BIRKAT HA-TORAH (Heb. בִּרְכַּת הַתּוֹרָה), the blessing over the Law. The study of the Law was always regarded as a foremost religious duty and hence had to be preceded by a formula of benediction. This requirement applies both to the liturgical reading of the Torah and to ordinary study. Various formulas are given in the Talmud (Ber. 11a–b) in the name of several rabbis and all have been integrated into the traditional liturgy. These benedictions were instituted in talmudic times based upon Deuteronomy 32:3 (see tj, Meg. 4:1, 74d) and by a fortiori inference from the duty to recite Grace after Meals (tj, Ber. 7:11a; tj, Meg. loc. cit.). Three blessings over the Law are pronounced at the beginning of the daily morning prayer. The first praises God for granting Israel the privilege and the duty of studying Torah; the second is a prayer that the study of Torah may be pleasant and that it should be cultivated by one's offspring and the whole house of Israel; the third is identical to the benediction recited before the Reading of the Law in the synagogue service: "Who has chosen us from all nations and hast given us Thy Law." They are followed by selections from Scripture (Num. 6:24–27), the Mishnah (Pe'ah 1:1) and the Talmud (Shab. 127a), recited in symbolic fulfillment of the duty to study Torah. Jacob b. Asher interpreted the words "Torah of truth" to refer to the written Torah, and the words "everlasting life" to refer to the oral tradition. These benedictions contain 40 words, said to symbolize the 40 days Moses spent on Mount Sinai (Tur oh 139). The benedictions over the Law have uniform wording in all modern rituals, including that of Reform Judaism. Only the Reconstructionist trend, which repudiates the notion of the election of Israel, has changed the wording of the middle part of the benediction to read "who hast brought us close to Thy service" instead of "who hast chosen us."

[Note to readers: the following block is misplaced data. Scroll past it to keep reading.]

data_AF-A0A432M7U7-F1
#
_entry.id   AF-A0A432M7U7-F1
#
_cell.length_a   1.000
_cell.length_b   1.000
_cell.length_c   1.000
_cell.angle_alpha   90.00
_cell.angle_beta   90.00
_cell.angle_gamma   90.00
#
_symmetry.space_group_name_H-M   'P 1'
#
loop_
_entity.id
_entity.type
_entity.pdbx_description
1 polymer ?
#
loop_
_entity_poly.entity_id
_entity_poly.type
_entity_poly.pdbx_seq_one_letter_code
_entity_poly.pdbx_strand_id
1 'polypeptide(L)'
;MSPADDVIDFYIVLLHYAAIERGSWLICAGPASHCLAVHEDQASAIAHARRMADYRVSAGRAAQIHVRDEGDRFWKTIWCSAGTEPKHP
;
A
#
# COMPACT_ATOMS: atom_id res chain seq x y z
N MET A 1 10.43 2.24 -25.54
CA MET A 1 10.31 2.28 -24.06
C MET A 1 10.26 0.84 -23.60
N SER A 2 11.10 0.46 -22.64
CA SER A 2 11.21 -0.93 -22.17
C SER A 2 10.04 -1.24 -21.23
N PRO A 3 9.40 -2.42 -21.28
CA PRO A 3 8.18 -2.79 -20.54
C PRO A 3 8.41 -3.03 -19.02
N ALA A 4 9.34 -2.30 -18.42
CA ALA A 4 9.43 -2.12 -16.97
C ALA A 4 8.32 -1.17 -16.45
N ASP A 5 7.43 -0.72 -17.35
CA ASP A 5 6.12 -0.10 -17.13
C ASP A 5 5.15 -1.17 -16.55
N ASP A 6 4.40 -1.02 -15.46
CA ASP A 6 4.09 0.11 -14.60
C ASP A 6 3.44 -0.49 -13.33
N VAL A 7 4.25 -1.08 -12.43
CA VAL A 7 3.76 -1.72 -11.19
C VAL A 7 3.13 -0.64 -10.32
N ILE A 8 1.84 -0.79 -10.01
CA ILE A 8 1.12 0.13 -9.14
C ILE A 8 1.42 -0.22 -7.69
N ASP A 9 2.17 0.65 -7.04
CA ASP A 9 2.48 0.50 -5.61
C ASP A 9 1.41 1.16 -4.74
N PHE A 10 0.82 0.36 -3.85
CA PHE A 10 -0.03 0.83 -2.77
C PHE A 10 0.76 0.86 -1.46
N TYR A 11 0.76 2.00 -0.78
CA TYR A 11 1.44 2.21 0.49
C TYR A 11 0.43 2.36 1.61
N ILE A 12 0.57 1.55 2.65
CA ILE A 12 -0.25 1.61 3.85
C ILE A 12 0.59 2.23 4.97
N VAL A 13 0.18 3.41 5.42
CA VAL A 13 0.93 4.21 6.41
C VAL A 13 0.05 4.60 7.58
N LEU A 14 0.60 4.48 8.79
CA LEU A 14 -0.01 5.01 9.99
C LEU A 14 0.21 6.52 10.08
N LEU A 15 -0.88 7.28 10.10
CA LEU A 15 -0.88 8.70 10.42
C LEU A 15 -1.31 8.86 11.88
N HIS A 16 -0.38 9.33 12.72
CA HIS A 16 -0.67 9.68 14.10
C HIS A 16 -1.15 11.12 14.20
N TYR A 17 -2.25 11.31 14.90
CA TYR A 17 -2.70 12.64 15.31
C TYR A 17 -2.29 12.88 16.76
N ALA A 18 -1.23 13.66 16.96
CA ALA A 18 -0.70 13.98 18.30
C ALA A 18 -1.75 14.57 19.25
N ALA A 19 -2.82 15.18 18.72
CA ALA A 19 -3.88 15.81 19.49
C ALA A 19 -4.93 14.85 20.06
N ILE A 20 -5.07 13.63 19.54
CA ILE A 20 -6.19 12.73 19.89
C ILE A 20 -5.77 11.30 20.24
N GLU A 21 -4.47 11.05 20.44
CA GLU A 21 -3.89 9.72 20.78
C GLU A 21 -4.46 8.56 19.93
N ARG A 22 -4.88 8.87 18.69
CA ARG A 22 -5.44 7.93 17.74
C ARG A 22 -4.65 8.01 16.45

et, 4 (1952), 615–31; J. Heinemann, Ha-Tefillah… (1964), 105–8; E. Levy, Yesodot ha-Tefillah (19522), 130, 315–6; Hertz, Prayer, 12–17, 190–3; E. Munk, World of Prayer (1961), 41–49, 174–5.